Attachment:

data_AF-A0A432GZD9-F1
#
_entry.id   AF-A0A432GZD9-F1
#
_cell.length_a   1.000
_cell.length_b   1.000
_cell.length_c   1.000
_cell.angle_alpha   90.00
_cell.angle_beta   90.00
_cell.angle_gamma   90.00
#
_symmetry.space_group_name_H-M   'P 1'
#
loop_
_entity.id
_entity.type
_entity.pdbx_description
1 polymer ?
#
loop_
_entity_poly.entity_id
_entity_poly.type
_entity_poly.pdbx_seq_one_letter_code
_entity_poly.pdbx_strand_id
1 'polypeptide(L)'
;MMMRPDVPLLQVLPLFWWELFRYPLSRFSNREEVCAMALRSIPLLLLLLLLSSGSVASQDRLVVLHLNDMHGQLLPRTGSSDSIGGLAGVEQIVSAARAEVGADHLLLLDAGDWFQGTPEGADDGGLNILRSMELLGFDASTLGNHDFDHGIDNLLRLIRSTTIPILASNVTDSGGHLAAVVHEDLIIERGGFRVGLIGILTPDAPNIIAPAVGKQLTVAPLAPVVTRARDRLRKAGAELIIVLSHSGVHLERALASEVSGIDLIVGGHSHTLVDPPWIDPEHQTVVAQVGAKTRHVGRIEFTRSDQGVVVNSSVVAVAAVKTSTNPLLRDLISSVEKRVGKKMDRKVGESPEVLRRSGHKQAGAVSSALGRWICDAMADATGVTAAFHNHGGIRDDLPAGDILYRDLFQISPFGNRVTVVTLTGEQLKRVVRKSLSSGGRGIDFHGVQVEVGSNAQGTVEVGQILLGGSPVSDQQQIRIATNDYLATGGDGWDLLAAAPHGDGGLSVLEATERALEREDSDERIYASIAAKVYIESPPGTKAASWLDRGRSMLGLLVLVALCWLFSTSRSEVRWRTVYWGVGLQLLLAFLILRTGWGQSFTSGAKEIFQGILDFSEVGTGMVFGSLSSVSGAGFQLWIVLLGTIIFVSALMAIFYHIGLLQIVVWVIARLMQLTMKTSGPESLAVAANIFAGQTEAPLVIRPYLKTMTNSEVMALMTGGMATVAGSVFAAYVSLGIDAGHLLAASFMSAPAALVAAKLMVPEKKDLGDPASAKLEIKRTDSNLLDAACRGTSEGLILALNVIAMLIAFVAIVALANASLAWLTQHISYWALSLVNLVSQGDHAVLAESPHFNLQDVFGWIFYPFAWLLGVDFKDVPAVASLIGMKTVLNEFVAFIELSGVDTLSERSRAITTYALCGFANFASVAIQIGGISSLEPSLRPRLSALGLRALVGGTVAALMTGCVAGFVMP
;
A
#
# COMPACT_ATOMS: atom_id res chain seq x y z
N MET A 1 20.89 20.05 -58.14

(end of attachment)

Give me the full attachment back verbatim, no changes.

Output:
data_AF-A0A432GZD9-F1
#
_entry.id   AF-A0A432GZD9-F1
#
_cell.length_a   1.000
_cell.length_b   1.000
_cell.length_c   1.000
_cell.angle_alpha   90.00
_cell.angle_beta   90.00
_cell.angle_gamma   90.00
#
_symmetry.space_group_name_H-M   'P 1'
#
loop_
_entity.id
_entity.type
_entity.pdbx_description
1 polymer ?
#
loop_
_entity_poly.entity_id
_entity_poly.type
_entity_poly.pdbx_seq_one_letter_code
_entity_poly.pdbx_strand_id
1 'polypeptide(L)'
;MMMRPDVPLLQVLPLFWWELFRYPLSRFSNREEVCAMALRSIPLLLLLLLLSSGSVASQDRLVVLHLNDMHGQLLPRTGSSDSIGGLAGVEQIVSAARAEVGADHLLLLDAGDWFQGTPEGADDGGLNILRSMELLGFDASTLGNHDFDHGIDNLLRLIRSTTIPILASNVTDSGGHLAAVVHEDLIIERGGFRVGLIGILTPDAPNIIAPAVGKQLTVAPLAPVVTRARDRLRKAGAELIIVLSHSGVHLERALASEVSGIDLIVGGHSHTLVDPPWIDPEHQTVVAQVGAKTRHVGRIEFTRSDQGVVVNSSVVAVAAVKTSTNPLLRDLISSVEKRVGKKMDRKVGESPEVLRRSGHKQAGAVSSALGRWICDAMADATGVTAAFHNHGGIRDDLPAGDILYRDLFQISPFGNRVTVVTLTGEQLKRVVRKSLSSGGRGIDFHGVQVEVGSNAQGTVEVGQILLGGSPVSDQQQIRIATNDYLATGGDGWDLLAAAPHGDGGLSVLEATERALEREDSDERIYASIAAKVYIESPPGTKAASWLDRGRSMLGLLVLVALCWLFSTSRSEVRWRTVYWGVGLQLLLAFLILRTGWGQSFTSGAKEIFQGILDFSEVGTGMVFGSLSSVSGAGFQLWIVLLGTIIFVSALMAIFYHIGLLQIVVWVIARLMQLTMKTSGPESLAVAANIFAGQTEAPLVIRPYLKTMTNSEVMALMTGGMATVAGSVFAAYVSLGIDAGHLLAASFMSAPAALVAAKLMVPEKKDLGDPASAKLEIKRTDSNLLDAACRGTSEGLILALNVIAMLIAFVAIVALANASLAWLTQHISYWALSLVNLVSQGDHAVLAESPHFNLQDVFGWIFYPFAWLLGVDFKDVPAVASLIGMKTVLNEFVAFIELSGVDTLSERSRAITTYALCGFANFASVAIQIGGISSLEPSLRPRLSALGLRALVGGTVAALMTGCVAGFVMP
;
A
#
# COMPACT_ATOMS: atom_id res chain seq x y z
N MET A 1 20.89 20.05 -58.14